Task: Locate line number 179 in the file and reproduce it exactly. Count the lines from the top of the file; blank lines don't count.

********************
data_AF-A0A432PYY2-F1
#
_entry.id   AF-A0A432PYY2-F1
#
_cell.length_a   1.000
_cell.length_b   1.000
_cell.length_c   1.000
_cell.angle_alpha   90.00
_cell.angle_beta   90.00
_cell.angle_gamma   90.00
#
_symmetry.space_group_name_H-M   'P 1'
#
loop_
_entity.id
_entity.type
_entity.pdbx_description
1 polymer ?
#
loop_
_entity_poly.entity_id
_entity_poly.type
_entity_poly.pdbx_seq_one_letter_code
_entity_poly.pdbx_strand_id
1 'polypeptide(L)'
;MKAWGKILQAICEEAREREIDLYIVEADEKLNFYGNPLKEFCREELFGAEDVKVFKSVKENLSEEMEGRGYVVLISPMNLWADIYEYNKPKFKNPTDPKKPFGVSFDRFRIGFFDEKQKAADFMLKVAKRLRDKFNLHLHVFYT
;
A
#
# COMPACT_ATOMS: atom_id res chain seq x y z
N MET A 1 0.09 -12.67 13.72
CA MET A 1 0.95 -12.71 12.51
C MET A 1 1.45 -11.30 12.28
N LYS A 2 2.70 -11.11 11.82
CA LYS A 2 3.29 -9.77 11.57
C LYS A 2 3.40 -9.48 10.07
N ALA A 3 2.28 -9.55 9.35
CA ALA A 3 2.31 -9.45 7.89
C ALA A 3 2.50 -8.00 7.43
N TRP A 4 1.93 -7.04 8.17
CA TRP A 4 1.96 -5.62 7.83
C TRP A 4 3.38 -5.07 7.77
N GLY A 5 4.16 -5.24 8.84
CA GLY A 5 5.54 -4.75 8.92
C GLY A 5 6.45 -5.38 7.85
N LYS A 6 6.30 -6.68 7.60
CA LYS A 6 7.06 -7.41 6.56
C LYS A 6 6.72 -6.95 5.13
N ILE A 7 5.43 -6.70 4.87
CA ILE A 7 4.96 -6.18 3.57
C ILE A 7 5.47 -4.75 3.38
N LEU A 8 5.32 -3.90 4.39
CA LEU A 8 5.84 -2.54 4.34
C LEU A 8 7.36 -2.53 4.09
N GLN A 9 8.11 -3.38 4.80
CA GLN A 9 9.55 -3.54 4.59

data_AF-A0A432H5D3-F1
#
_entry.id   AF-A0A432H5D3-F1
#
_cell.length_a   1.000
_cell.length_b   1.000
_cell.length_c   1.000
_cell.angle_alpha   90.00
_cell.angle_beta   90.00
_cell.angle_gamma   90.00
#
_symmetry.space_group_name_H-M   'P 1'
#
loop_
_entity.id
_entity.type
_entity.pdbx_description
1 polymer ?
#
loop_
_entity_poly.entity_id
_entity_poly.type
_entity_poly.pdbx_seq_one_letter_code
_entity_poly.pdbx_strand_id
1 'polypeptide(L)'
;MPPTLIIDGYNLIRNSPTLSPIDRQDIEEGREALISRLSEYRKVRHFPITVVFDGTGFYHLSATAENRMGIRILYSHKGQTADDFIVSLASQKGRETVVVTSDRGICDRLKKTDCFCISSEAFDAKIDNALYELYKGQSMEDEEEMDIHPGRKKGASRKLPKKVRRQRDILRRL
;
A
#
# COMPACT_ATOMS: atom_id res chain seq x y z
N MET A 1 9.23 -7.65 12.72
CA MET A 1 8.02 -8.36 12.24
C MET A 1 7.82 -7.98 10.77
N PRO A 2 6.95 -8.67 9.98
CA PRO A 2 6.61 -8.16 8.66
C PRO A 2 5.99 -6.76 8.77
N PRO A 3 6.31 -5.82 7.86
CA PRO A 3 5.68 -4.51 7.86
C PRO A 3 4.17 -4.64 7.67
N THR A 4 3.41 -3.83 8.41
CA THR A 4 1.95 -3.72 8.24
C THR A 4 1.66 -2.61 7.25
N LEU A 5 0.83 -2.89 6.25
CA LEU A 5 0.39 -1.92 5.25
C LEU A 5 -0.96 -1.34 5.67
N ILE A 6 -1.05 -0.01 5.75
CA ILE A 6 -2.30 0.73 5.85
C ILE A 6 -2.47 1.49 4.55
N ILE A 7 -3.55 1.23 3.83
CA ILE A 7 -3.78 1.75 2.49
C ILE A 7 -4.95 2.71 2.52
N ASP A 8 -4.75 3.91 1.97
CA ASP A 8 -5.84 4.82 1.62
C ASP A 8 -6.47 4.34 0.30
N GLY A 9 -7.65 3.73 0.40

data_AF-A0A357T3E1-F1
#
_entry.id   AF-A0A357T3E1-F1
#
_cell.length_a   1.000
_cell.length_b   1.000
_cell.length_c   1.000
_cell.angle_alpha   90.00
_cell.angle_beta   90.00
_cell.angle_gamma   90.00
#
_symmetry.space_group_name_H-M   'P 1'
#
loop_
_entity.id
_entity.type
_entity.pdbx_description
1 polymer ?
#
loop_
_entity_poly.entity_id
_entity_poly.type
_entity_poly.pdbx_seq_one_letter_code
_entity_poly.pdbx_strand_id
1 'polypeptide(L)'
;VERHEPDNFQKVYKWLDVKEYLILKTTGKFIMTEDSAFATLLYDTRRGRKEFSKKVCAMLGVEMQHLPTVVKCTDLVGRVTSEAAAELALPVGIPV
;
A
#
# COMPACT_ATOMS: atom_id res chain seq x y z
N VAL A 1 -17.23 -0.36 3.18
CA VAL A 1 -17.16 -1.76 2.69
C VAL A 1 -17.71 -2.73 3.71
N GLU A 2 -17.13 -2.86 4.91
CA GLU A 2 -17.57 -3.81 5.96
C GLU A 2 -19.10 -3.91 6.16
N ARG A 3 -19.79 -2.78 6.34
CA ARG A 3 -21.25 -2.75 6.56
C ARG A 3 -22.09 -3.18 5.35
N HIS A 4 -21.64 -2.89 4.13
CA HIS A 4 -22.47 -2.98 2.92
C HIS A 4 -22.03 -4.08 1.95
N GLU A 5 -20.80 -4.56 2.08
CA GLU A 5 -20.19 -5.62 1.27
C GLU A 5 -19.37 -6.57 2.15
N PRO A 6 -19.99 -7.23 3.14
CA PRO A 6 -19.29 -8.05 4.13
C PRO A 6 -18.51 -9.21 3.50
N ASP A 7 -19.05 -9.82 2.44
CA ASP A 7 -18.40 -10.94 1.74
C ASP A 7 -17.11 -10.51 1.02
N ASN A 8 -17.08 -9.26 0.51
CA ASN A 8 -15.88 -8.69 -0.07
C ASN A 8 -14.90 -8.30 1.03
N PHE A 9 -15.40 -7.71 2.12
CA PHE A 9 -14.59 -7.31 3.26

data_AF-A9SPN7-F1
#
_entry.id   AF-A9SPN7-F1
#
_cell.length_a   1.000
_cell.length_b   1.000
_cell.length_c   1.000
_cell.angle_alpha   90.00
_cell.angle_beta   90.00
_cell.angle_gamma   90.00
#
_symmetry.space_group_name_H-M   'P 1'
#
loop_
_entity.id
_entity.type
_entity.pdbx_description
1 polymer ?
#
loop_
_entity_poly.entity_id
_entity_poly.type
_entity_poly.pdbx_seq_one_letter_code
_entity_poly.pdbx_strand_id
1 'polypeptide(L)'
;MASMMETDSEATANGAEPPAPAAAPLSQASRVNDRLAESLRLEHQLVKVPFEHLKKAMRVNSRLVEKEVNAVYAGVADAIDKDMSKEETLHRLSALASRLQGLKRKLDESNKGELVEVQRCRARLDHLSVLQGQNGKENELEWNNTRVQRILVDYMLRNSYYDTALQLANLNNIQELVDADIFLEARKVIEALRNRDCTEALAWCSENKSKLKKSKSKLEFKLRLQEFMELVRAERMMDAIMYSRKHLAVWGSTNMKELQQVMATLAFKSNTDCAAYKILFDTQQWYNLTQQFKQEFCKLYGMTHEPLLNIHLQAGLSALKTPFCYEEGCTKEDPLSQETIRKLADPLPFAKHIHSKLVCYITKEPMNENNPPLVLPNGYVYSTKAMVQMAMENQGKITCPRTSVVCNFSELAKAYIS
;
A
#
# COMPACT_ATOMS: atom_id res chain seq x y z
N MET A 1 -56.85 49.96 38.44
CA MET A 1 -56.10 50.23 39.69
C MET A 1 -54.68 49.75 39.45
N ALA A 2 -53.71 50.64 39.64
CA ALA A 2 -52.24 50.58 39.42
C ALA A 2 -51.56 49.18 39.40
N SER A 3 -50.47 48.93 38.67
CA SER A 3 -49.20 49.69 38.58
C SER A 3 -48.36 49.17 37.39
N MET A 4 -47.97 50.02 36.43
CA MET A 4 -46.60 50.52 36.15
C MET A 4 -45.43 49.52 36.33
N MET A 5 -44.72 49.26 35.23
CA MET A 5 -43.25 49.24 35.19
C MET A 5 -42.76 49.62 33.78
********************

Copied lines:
_symmetry.space_group_name_H-M   'P 1'